Results 1 to 6 of 6

Thread: Virtualization of physical hardware

  1. #1
    Join Date
    May 2008
    Location
    Ottawa ON, Canada
    Beans
    127
    Distro
    Ubuntu 16.04 Xenial Xerus

    Virtualization of physical hardware

    I need some inspirational help to get started. I'm working on a project where after trying many different things, it seems that a licence to some expensive software (Windows XP system in a business environment, can't switch without spending lots of money) is assigned to the old PC's hardware. What I'd like to do is to create a virtual machine that on the software level emulates/virtualizes nearly all the physical hardware on the machine, and the rest of the stuff, I'll look in to doing pass through via the bios to the VM (I'll order a new PC if the recycled PCs here won't do it).

    Is there any good tools to get me started? Is VMware the only option available?

  2. #2
    Join Date
    Oct 2006
    Beans
    55,260

    Re: Virtualization of physical hardware

    Thread moved to the "Virtualisation" forum for the moment, as it seems to be more suited to your question.

  3. #3
    Join Date
    Jul 2008
    Location
    The Left Coast of the USA
    Beans
    Hidden!
    Distro
    Kubuntu

    Re: Virtualization of physical hardware

    Hello!

    Kernel-based Virtual Machine (KVM) is another technology available. It is part of the Linux kernel, so costs nothing. I run up to 17 machines at a time in KVM (that's all the free NIC ports I have together on the two machines I do this with) to emulate small slices of my clients' networks to simulate issues or test admin processes. It doesn't cost me a dime for the virtualization.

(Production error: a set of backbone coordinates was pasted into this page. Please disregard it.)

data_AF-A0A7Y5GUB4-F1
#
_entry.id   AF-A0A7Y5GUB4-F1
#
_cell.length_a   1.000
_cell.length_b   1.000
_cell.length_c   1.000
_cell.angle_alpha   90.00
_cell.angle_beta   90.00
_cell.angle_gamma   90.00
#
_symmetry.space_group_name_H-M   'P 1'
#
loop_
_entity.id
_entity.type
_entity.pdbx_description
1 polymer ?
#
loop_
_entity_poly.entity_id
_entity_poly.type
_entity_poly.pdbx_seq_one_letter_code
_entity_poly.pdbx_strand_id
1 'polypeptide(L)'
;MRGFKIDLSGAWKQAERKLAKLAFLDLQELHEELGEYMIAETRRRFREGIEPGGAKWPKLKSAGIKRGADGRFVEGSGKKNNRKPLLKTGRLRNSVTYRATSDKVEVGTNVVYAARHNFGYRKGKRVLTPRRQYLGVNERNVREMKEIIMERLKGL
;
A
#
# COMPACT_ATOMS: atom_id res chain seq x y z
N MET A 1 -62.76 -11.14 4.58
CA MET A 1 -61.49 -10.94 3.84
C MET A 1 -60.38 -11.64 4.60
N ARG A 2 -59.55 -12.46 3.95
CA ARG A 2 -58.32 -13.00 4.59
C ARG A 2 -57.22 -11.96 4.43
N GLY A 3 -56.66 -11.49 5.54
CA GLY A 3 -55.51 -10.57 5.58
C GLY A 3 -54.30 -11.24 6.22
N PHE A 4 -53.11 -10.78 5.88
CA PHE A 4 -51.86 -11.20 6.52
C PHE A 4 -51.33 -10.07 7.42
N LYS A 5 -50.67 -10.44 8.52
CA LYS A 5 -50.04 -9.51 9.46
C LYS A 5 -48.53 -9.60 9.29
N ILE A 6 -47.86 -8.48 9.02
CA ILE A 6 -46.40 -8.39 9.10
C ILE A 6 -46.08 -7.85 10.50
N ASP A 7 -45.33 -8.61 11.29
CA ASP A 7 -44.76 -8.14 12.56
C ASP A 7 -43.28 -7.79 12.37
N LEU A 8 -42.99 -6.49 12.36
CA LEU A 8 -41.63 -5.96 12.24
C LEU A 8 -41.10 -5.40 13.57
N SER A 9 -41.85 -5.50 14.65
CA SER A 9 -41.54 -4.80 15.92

What you are trying to accomplish can be done, but your first -- and least legally questionable -- route is to call the vendor and plead (grovel if need be) with them to allow you to reactivate on a new machine. That would make things much easier.

    Try that first.
    Last edited by QIII; May 16th, 2018 at 08:13 PM.
    Please read The Forum Rules and The Forum Posting Guidelines
    My Blog
    A thing discovered and kept to oneself must be discovered time and again by others. A thing discovered and shared with others need be discovered only the once.
    This universe is crazy. I'm going back to my own.

  4. #4
    Join Date
    May 2008
    Location
    Ottawa ON, Canada
    Beans
    127
    Distro
    Ubuntu 16.04 Xenial Xerus

    Re: Virtualization of physical hardware

    Hey QIII,

    That's my first step forward, but our fear is that as we go through some physical Windows XP machines that have been retired, we will eventually run out, so the virtualization seems to be our best "future proof" idea that keeps us going at the lowest risk.

    Could the Kernel based VM emulate all physical aspects of a PC? Our best guess on how things are locked down by the vendor is that they must be using a serial number or generating a hash of the machine, so if we could "fake" the hardware, the disk image that we made would work.

    We did try moving a clone of the machine to a new host computer and forcing XP to boot from the new hardware (still needs to be activated, but that's a future problem), but this did prove to be not successful as it would just not work.